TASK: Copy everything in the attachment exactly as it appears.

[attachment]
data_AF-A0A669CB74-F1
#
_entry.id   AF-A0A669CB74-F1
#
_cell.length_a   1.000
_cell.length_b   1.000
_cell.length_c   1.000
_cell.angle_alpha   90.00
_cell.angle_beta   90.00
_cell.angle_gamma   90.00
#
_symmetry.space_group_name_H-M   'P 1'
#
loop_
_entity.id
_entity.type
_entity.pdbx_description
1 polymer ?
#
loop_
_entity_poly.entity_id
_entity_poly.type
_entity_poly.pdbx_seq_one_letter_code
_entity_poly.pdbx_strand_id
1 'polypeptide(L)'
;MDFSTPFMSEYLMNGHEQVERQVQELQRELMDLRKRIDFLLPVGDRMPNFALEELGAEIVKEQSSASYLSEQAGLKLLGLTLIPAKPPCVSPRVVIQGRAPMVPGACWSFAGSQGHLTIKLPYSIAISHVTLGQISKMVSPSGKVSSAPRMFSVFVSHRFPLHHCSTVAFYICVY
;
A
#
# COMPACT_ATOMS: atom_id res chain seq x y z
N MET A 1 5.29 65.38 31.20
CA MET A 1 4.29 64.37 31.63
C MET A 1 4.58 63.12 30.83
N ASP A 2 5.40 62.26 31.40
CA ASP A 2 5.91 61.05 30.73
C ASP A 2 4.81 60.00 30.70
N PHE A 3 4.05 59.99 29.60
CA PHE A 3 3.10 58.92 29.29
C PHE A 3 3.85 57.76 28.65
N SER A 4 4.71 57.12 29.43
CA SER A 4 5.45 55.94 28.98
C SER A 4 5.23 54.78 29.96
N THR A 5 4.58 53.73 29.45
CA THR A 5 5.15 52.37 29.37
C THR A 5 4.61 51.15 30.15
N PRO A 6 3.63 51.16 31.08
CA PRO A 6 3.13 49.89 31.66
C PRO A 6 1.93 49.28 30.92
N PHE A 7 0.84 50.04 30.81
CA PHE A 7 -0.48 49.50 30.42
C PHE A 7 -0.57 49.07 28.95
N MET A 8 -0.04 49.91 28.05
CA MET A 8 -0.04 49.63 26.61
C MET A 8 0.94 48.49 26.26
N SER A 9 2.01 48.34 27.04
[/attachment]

data_AF-A0A669CB74-F1
#
_entry.id   AF-A0A669CB74-F1
#
_cell.length_a   1.000
_cell.length_b   1.000
_cell.length_c   1.000
_cell.angle_alpha   90.00
_cell.angle_beta   90.00
_cell.angle_gamma   90.00
#
_symmetry.space_group_name_H-M   'P 1'
#
loop_
_entity.id
_entity.type
_entity.pdbx_description
1 polymer ?
#
loop_
_entity_poly.entity_id
_entity_poly.type
_entity_poly.pdbx_seq_one_letter_code
_entity_poly.pdbx_strand_id
1 'polypeptide(L)'
;MDFSTPFMSEYLMNGHEQVERQVQELQRELMDLRKRIDFLLPVGDRMPNFALEELGAEIVKEQSSASYLSEQAGLKLLGLTLIPAKPPCVSPRVVIQGRAPMVPGACWSFAGSQGHLTIKLPYSIAISHVTLGQISKMVSPSGKVSSAPRMFSVFVSHRFPLHHCSTVAFYICVY
;
A
#
# COMPACT_ATOMS: atom_id res chain seq x y z
N MET A 1 5.29 65.38 31.20
CA MET A 1 4.29 64.37 31.63
C MET A 1 4.58 63.12 30.83
N ASP A 2 5.40 62.26 31.40
CA ASP A 2 5.91 61.05 30.73
C ASP A 2 4.81 60.00 30.70
N PHE A 3 4.05 59.99 29.60
CA PHE A 3 3.10 58.92 29.29
C PHE A 3 3.85 57.76 28.65
N SER A 4 4.71 57.12 29.43
CA SER A 4 5.45 55.94 28.98
C SER A 4 5.23 54.78 29.96
N THR A 5 4.58 53.73 29.45
CA THR A 5 5.15 52.37 29.37
C THR A 5 4.61 51.15 30.15
N PRO A 6 3.63 51.16 31.08
CA PRO A 6 3.13 49.89 31.66
C PRO A 6 1.93 49.28 30.92
N PHE A 7 0.84 50.04 30.81
CA PHE A 7 -0.48 49.50 30.42
C PHE A 7 -0.57 49.07 28.95
N MET A 8 -0.04 49.91 28.05
CA MET A 8 -0.04 49.63 26.61
C MET A 8 0.94 48.49 26.26
N SER A 9 2.01 48.34 27.04